Aerogel: future of glazing?

Note: units are presented in International Units (SI), non-SI units are presented in italicized blue between brackets.

1 ft²·°F h/Btu ≈ 0.1761 K m²/W,
or 1 K m²/W ≈ 5.6745 ft²·°F h/Btu

A paper published in the journal of Solar Energy Materials & Solar Cells (volume 89, pages 275-285) describes the results of a thermal analysis of monolithic silica aerogel based glazing. Current window manufacturing industry has provided us with single-glazed or multi-glazed windows with either high or low insulation-to-optical transmittance ratios. So if a highly insulated window is desired, one could opt for a triple-glazing, low-e window with an R-value between 0.88 and 1.0 K°m2/W [5 – 6 F°ft²h /Btu]. Such choice would result in a window having visible transmittance (VT) reduced to 50% and a solar heat gain coefficient (SHGC) of 0.40. Conversely, if high solar heat gain is desired, a window with an R-value of 0.17 K°m2/W [less than 1 F°ft²h /Btu] would be needed providing a VT of 75% and a SHGC of 0.76. These options are not well suited for poleward climates where both a high SHGC and high R-value are desired. Aerogel windows may finally help overcome this limitation.

Silica aerogel was first "extracted" in the 1930s at the College of the Pacific (California, USA) from hydrogel by removing the water component by use of alcohol substitution. The developer of the aerogel, Steven S. Kistler, was later hired by Monsanto Corporation where the aerogel was produced and marketed. Aerogel did not benefit from a huge market until the 80's where modified versions of the product evolved in Europe then later in the USA. One of the niches being carved out by aerogels is in the fenestration industry. Silica aerogel is a very low-density silica-based solid (2-3 mg/cm3) composed of 99.8% air. It has high compressive strength, very low thermal conductivity (0.01 W/mK°), and under recent manufacturing techniques transmits 76% of the visible light (for a 15 mm thick slab of aerogel).

In the journal of Solar Energy Materials & Solar Cells, J.M. Schultz et al. test the thermal characteristics of a window built around a layer of aerogel 15 mm ( 0.59 inches) thick. Because of aerogel's poor tensile strength (i.e. it is brittle and will readily fragment when bent), the authors of the study sandwich the sheet of aerogel with 2 thin layers of low-iron glass glazes. The low-iron content of the glass optimizes the daylight/solar transmittance of the window assembly. The air is evacuated from the assembly down to a pressure of 5 hPa, and the rim is sealed with a laminated plastic foil (Mylar 250 RSBL300) and butyl sealant providing low thermal heat transfer across the rim of the window assembly. R-value at the center of the window was measured to be 1.51 K°m2/W [8.57 F°ft²h /Btu] and 1.388 K°m2/W [7.88 ft² F°ft²h /Btu] for a 120x120 cm window assembly with 4 aerogel glazing (55x55 cm each) joined in a frame whose material is not defined in the article. The authors state that such windows installed on a typical Danish home (i.e. one meeting modern energy efficient standards) would provide energy savings of 16% over similar homes using argon-filled triple glazed windows.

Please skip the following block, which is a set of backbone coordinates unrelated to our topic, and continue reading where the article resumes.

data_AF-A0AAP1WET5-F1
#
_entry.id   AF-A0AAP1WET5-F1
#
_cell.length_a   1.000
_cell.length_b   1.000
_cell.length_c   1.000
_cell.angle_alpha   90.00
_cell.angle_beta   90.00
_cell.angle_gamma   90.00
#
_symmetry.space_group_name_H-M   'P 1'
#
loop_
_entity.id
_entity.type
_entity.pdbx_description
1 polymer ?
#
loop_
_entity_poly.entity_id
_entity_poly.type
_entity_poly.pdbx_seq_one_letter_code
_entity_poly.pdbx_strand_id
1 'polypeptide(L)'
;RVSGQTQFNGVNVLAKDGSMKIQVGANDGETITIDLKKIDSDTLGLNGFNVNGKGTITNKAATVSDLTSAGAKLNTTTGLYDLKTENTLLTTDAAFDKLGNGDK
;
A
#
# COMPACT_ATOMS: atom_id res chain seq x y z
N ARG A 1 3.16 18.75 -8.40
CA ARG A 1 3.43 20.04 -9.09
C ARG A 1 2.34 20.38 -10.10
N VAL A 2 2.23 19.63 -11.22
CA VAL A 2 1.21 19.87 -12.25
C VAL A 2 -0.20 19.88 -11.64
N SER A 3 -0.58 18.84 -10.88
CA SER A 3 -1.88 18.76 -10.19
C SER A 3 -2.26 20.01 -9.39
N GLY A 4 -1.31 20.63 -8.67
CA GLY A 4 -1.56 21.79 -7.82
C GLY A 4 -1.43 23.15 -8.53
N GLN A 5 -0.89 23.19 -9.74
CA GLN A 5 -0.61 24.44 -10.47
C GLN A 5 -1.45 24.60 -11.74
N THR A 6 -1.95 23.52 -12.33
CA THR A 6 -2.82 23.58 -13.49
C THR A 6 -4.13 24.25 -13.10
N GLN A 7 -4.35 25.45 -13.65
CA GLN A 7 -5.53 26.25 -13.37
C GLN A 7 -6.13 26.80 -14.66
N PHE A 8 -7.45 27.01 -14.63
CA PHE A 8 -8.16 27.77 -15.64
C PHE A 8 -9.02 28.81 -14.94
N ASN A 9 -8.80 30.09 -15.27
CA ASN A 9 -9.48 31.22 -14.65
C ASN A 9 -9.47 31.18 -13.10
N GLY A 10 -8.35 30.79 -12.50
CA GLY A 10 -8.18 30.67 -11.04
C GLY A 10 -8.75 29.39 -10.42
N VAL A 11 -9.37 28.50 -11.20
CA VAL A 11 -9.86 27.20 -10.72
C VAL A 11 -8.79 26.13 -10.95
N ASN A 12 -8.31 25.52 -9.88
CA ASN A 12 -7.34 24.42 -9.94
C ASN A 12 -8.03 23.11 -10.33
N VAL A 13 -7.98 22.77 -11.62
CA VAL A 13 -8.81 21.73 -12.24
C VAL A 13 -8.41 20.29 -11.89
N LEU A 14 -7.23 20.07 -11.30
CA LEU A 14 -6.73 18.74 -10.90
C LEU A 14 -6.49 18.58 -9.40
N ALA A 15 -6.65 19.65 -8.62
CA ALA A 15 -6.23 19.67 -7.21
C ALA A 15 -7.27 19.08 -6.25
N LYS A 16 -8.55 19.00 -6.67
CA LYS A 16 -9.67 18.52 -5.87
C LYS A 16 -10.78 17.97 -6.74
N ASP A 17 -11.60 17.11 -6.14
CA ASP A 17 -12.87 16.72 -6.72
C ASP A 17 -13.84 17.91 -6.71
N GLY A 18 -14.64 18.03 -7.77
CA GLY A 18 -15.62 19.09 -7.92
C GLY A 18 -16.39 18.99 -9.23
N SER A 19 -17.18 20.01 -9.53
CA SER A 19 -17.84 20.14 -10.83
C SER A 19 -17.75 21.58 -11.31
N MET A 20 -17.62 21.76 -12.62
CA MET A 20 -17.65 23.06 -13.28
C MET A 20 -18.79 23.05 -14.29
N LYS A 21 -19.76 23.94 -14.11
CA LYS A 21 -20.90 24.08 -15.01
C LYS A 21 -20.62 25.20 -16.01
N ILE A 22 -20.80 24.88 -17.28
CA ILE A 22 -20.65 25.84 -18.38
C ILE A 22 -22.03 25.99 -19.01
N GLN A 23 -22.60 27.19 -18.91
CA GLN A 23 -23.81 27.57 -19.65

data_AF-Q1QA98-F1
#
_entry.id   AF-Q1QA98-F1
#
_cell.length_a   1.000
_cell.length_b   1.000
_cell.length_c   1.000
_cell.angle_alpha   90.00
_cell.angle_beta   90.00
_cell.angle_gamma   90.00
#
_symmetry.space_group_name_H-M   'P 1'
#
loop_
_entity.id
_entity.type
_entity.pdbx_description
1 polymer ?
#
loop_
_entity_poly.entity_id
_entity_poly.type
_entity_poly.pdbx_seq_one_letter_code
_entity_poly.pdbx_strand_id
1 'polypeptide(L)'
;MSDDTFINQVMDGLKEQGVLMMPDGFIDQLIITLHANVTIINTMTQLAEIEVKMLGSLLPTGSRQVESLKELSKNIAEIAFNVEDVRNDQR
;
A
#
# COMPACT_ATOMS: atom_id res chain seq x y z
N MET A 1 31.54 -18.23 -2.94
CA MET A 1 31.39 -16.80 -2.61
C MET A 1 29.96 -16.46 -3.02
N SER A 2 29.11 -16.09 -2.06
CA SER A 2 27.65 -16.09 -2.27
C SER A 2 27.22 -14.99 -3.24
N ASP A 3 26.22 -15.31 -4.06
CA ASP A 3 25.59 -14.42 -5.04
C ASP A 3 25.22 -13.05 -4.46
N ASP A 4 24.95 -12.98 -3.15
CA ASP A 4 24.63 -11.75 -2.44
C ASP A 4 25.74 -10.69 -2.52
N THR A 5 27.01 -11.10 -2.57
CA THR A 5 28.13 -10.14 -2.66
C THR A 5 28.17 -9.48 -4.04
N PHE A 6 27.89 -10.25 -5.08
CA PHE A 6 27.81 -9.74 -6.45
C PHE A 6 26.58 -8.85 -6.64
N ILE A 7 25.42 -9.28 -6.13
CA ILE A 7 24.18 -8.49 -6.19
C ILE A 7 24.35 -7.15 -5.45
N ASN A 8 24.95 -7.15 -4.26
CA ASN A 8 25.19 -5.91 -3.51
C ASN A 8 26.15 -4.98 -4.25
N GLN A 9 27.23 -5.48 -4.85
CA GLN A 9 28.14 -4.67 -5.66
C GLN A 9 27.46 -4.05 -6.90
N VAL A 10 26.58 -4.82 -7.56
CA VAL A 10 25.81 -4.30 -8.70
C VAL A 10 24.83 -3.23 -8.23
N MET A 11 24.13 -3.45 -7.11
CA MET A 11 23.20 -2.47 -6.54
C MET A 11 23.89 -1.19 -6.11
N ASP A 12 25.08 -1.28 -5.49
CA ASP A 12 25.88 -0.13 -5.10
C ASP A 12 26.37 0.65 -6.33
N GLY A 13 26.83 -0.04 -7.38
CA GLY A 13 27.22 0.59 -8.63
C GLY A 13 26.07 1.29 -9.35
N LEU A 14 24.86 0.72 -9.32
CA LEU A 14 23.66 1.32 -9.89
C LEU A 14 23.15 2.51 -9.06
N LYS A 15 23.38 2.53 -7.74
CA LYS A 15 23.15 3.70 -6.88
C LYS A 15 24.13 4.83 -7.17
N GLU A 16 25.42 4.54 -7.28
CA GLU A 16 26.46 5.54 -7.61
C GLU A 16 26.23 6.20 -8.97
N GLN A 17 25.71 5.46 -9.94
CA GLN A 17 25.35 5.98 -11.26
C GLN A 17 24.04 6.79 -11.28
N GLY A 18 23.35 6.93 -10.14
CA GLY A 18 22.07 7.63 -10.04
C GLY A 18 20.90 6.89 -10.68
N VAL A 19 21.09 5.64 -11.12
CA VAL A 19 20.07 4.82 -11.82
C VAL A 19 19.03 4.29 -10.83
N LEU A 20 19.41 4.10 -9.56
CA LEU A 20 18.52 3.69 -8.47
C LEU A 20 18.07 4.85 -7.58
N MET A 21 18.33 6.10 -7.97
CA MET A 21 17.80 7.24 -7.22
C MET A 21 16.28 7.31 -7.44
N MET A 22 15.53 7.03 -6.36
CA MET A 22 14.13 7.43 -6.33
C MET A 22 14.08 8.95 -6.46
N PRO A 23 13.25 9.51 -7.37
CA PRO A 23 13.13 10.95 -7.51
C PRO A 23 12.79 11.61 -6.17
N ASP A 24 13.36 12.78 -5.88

This is promising technology with many positive potential for the PACCS community. Future manufacturing technology should help improve solar heat gain (higher VT) allowing for thicker aerogel glazing, hence higher R-values. Could aerogel someday be incorporated into SIP systems where plywood would be substituted with a transparent plastic allowing for translucent walls?
At the time of this writing, it's not known when such windows will become readily available to the general public... hopefully soon ;-)

A simulation comparing the thermal response between a triple-glazed and an aerogel equipped structure follows. The structure is modeled with low internal reflectance (i.e. high solar radiation absorption) and highly insulated walls and roof. Typical Mean Year ((TMY2) meteorological data for Portland, Maine (USA) is used. Internal temperatures for the structure using triple-glazed windows (blue line), aerogel windows (red line) and external temperatures (green line) are plotted for 2 dates: January 14th (a clear day) and February 1st (a partly cloudy day). Y-axis represents temperatures in degrees Fahrenheit and the x-axis represents military time. The structure has no internal source of heat, solar radiation is the sole source of heat.

Disclaimer: these simulations are provided for educational purposes only. The results presented have not been validated.

Model used for simulation. All three openings are glazed and facing the equator.

Air temperature profiles within and outside the structure using TMY2 meteorological data for Portland, Maine (US) for January 14. Y-axis represents temperature in °F. X-axis represents military time in hours.

These examples show that for a clear sunny day with an outside air temperature below 0 °F for most of the day, the aerogel windows increase the internal temperature of the structure by an additional 10 degrees over the triple-glazed windows equipped structure at solar noon. When the sky is partly cloudy, the solar heat gain is a bit more modest as expected

Air temperature profiles within and outside the structure using TMY2 meteorological data for Portland, Maine (US) for February 1. Y-axis represents temperature in °F. X-axis represents military time in hours.


Last Modified on Friday, December 06, 2013